Sounding Rocket On-Board Video

cjl

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Very nice :)

I love the despinner, as well as the reentry.
 

luke strawwalker

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VERY cool.... just one problem??

Where are the little Swedish "snow bunnies" skiing up to turn the camera off?? LOL:)

I wonder what it uses for de-spin?? A small thruster motor?? Can't be aerodynamic since it's spinning for stability after leaving the sensible atmosphere... Obviously it has a rate-sensor (and a darn good one!) to "slam on the brakes" like it did and leave it at a dead stop rotationally...

VERY COOL STUFF! OL JR :)
 

tbzep

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I didn't see or hear any sign of thrusters to fine tune the de-spin. Somebody did a really good job calculating the spin rate and the mass and cable length on those yo-yo's. Spin went down to maybe 1 rev a minute. :cool:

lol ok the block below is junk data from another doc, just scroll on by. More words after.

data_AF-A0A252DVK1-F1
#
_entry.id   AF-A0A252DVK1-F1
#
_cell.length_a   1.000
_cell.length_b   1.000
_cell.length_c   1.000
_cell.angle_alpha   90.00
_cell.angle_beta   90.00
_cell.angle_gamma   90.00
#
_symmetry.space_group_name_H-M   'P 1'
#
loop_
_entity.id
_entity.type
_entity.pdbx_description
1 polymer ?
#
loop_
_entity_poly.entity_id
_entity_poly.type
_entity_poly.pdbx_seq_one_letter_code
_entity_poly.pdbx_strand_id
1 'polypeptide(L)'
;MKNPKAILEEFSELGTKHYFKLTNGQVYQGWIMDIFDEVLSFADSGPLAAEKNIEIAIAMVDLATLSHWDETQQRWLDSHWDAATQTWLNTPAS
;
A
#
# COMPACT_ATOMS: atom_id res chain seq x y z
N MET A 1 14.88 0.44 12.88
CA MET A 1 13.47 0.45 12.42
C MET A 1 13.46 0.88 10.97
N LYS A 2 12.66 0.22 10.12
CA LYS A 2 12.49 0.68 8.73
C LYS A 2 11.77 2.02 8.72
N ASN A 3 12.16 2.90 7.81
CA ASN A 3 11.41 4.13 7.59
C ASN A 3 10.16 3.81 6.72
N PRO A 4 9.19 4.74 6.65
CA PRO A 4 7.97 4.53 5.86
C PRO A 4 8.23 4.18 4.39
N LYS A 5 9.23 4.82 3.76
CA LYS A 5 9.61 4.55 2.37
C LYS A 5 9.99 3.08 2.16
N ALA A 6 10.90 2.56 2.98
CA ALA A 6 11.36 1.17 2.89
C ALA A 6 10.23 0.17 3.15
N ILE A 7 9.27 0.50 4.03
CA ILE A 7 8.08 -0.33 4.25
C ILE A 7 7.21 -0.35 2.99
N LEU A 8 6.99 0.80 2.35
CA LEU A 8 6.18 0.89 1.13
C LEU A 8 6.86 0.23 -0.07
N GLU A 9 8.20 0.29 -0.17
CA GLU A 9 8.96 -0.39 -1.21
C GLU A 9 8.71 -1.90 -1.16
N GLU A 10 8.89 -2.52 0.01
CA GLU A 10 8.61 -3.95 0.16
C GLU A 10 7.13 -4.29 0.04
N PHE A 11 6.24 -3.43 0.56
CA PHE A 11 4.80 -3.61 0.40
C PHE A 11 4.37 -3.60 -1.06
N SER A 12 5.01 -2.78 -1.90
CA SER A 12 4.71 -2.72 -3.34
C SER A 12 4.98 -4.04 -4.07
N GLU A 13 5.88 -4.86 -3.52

When the booster was released a few seconds later, spin pretty much went to zero. I don't know if there was a thruster fired that I didn't hear, or if it was due to the way the booster was released. Made for some fine video, though!
 

cjl

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As long as you know the mass and moment of inertia, you can use yo-yo despinners with surprising levels of accuracy.
 

luke strawwalker

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It's a yo-yo despinner. It uses a pair of weights on the end of a pair of cords that are released and swing out from the centrifugal force. Simple, cheap, and reliable.

https://en.wikipedia.org/wiki/Yo-yo_de-spin

VERY interesting! Thanks!

Yeah, somebody did their homework on that one... It came to a dead stop at the end of the despin-- null rates are cool... :)

Later! OL JR :)
 

Winston

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I don't see that anyone's mentioned it, but UP Aerospace's Spaceloft XL sounding rocket shown in these various videos is powered by Cesaroni. The question has been asked on Arocket, but not yet answered, whether they just provide the propellant or the entire motor system.

UP Aerospace brochure:

https://www.upaerospace.us.com/custom-1/UPAerospace2011.pdf
 
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